Meet Australia's first transgender priest - ABC News (Australian ...

 

June 11, 2019 CourierMail exerpt


 

 

The Courier Mail reported, “Reverend Josephine Inkpin, [ R above]who was born Jonathan Inkpin, [and remains married to his wife – another Anglican priest. L above] spoke at St Aidan’s Anglican Girls’ School at Corinda in Brisbane’s western suburbs to promote the International Day Against Homophobia, Transphobia and Biphobia. 

[Who comes up with these days? I guess its similar to the International Dog Biscuit Appreciation Day….]

Inkpin, a lecturer in theology, also spoke of her transition from a man to a woman.

The whole school assembly did not have an opt-out option and no warning was given regarding the controversial matter.

The article reads, “Some parents said this was ‘sexualised, (and) highly controversial subject matter’. The school and the church hotly dispute this.

Arethusa Christian College at Spring Hill also hosted this ‘transgender priest’.

 

Exposing kids to this ideological agenda is not up to the school. Parents send their kids to school for an education, not indoctrination.

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Prominent Anglican Transgender Minister Josephine Inkpin reflects on journey

ABC Southern Qld

ABC  2 Aug 2018, 8:09am

 

Josephine inside a Church during her new naming ceremony.

PHOTO: Ms Inpkin says the Anglican Church has been very supportive during her transition. (Supplied: Jo Inkpin)

 

Three years ago, Anglican minister Josephine Inkpin finally made the decision to live openly as a woman, to stay married and stay a priest.

“I’ve never really felt comfortable with myself as male from a very early age but I could never really put the words to it,” said Ms Inkpin, now 58 and working as a theology lecturer in Brisbane.

Named Jonathan Inkpin at birth, she grew up in a conservative rural area in England before moving to Australia with her wife and two children in 2001.

Prior to her transition, Ms Inkpin was a minister on Queensland’s Darling Downs, based in Toowoomba at Saint Luke’s Anglican Church between 2010 and 2017.

But for almost her entire life she never felt comfortable in her own skin. She thought it was a normal struggle that others faced.

“It was really hard to make sense of that,” she said.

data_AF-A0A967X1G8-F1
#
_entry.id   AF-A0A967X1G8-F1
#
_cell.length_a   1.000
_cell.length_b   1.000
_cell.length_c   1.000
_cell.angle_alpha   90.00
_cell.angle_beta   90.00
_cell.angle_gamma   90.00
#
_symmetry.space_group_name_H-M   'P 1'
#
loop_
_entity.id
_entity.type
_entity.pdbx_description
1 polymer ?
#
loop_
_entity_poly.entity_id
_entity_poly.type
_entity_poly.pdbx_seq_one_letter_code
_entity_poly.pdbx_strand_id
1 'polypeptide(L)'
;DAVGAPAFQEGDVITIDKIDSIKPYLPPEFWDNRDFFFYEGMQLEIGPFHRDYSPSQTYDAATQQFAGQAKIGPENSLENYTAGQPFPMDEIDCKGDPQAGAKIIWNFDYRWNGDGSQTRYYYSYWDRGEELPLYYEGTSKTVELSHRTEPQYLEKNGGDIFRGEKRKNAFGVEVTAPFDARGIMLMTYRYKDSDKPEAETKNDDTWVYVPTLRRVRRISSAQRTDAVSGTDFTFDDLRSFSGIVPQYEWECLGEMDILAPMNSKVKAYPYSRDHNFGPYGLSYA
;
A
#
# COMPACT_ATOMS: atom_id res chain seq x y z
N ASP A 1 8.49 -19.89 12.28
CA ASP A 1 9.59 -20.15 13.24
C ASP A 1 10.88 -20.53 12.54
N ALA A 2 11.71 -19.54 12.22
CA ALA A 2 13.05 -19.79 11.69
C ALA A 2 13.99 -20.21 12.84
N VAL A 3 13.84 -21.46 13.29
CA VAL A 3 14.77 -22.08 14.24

Jo sitting in a local park in Toowoomba in 2018.

PHOTO: Ms Inkpin says watching a film on a long haul flight changed her life. (Supplied: Jo Inkpin)

Moving between different spaces

Ms Inkpin said when she reflected, her decision to become an Anglican priest was linked to her feelings about her gender identity.

“I think being a priest is a lovely way of being someone who can move between different spaces, so I didn’t have to be a male businessmen or something like that,” she said.

“We’re sort of like an intermediate thing, certainly from an Anglican, Catholic point of view.”

Jo Inkpin in her church robes.

 

PHOTO: Ms Inkpin says her life journey and recent decision to live as woman has made her a better Christian minister. (Supplied: Jo Inkpin)

Between the religious dress and societal function, she said there was a gender neutrality.

“There’s kind of a sense in which there’s a bit of balance of male and female,” Ms Inkpin said.

“I actually think it was partly my salvation.”

Jo Inkpin and her wife Penny before her transition

PHOTO: Ms Inkpin, right, remains married to her wife Penny who she said has been steadfast in her support throughout the transition process. (Supplied: Jo Inkpin)

Josephine Inkpin voting in the Australian marriage postal survey.

PHOTO: Ms Inkpin says when she first heard about other transgender priests overseas, a new world of possibility opened up. (Supplied: Jo Inkpin)

New door opens

When Ms Inkpin first learned about other transgender ministers in America and England, a new door suddenly opened.

“It was like an electric shock went through me and I realised that this is possible.”

Ms Inkpin believes the profound internal struggle through decades of her life, and now the challenging transition process had helped her ministering across different communities.

And while there were some who struggled with the idea, overall the Church had been supportive.

“A friend of mine said, when I get to heaven I’m going to go straight to the heavenly throne and demand ‘why [did] you make me like this?’ — and I said, I think you’ll be in a long line actually,” Ms Inkpin said.

 

 

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